The poorest of the poor do not feature in this election. Department of Work and Pensions figures show 3.5 million children still live below the official poverty line. Some 3.1 million people sought either a crisis loan or budgeting loan from the benefits agency but more than one in five were refused.
The government is encouraging under-funded charities to provide alternative relief for the poor. The Family Welfare Association (FWA) already provides 3,000 grants a year to help families pay for essential items such as beds, fridges and heating.
Families applying to the FWA to buy clothes for their children have on average just £3 per head a day to live on. Millions of the working poor subsist on poverty pay, working long hours and dependent on tax credits to survive. Meanwhile their bosses laugh all the way to the bank.
OFFICIALLY, THE Driver and Vehicle Licensing Agency (DVLA) isn't badly affected by the civil service cuts - it won't have compulsory or voluntary redundancies. But 500 jobs will go through 'natural wastage.' People will retire and not be replaced, and especially for casuals, it's an uncertain time.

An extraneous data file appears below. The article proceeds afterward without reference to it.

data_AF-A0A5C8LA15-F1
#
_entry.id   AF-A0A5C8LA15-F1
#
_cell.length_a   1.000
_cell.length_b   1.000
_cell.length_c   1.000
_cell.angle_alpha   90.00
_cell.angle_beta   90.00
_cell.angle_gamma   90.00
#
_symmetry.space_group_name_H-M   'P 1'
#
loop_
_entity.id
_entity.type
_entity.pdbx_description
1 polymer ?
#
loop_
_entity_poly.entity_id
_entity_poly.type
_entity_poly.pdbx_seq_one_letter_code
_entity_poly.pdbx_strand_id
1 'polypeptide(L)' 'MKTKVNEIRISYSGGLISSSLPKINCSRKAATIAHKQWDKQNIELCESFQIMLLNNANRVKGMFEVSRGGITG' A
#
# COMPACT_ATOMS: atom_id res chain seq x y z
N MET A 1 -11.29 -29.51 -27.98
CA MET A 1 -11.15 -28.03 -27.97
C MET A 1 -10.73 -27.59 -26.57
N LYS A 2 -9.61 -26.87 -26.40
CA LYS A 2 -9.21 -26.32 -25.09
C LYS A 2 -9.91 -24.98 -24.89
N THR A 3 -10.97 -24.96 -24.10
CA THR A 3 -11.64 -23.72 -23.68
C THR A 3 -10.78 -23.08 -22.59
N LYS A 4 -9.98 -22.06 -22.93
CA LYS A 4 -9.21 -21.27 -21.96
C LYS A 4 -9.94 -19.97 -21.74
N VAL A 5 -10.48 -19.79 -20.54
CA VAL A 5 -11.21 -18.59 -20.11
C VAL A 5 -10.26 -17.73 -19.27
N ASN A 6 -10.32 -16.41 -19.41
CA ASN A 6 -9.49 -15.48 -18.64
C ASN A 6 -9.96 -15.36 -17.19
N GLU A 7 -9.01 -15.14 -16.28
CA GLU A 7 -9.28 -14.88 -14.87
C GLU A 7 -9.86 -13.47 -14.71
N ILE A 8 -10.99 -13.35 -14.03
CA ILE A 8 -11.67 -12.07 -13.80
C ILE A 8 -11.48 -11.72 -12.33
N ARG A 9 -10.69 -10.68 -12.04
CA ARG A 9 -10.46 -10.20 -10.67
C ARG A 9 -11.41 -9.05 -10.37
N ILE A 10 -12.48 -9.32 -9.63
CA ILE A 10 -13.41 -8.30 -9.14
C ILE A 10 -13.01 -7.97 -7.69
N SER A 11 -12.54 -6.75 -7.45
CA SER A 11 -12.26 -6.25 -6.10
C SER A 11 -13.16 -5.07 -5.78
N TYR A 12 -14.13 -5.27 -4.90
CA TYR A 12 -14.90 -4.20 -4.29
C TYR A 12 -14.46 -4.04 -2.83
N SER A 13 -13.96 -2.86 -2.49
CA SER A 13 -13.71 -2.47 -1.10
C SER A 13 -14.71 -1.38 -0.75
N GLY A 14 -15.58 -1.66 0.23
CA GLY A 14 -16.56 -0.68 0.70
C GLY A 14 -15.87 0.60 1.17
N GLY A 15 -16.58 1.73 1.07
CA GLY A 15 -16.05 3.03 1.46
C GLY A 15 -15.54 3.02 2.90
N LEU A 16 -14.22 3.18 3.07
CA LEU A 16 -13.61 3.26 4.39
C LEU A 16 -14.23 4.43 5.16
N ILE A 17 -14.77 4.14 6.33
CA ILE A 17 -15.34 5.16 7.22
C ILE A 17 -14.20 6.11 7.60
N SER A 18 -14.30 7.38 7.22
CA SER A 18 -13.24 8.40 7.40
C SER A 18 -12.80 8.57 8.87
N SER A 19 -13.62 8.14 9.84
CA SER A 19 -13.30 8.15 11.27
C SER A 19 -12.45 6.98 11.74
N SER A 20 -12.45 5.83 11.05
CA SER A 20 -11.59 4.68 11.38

A civil service worker
One casual worker I know worked here six months. One day she was dismissed, without warning, as she'd been sick on two occasions. I suppose that's 'natural wastage'.
Workloads are high and people feel very pressurised; that will get worse when those jobs are gone. People go sick because work makes them stressed. Where I work management are aggressive, bullying and make up the rules as they go along. This makes it hard for shop-floor union reps to speak out, but if we let them bully us into silence it will get worse.
Who will pay for the crisis?
WITH MANUFACTURING output static, consumer spending has underpinned economic growth, accounting for about two-thirds of the economy. But, since last September retail sales, which account for 40% of consumer spending, have started to stall. At the same time there has been a fall in mortgage lending and stagnation in property prices.
Burdened by debt totalling £1 trillion (equal to 120% of pre-tax income) many consumers are beginning to rein in their spending. This is bad news for corporate profits and the economy. A fall in house prices and likely tax rises could send the economy into recession.
Britain and the rest of the world have sustained their economies thanks to the heavily indebted American consumer. The US has been the buyer of last resort for the world economy, in the process running up a massive $60 billion a month trade deficit. China has also provided a growing market, but it too is dependent on the spending power of the US.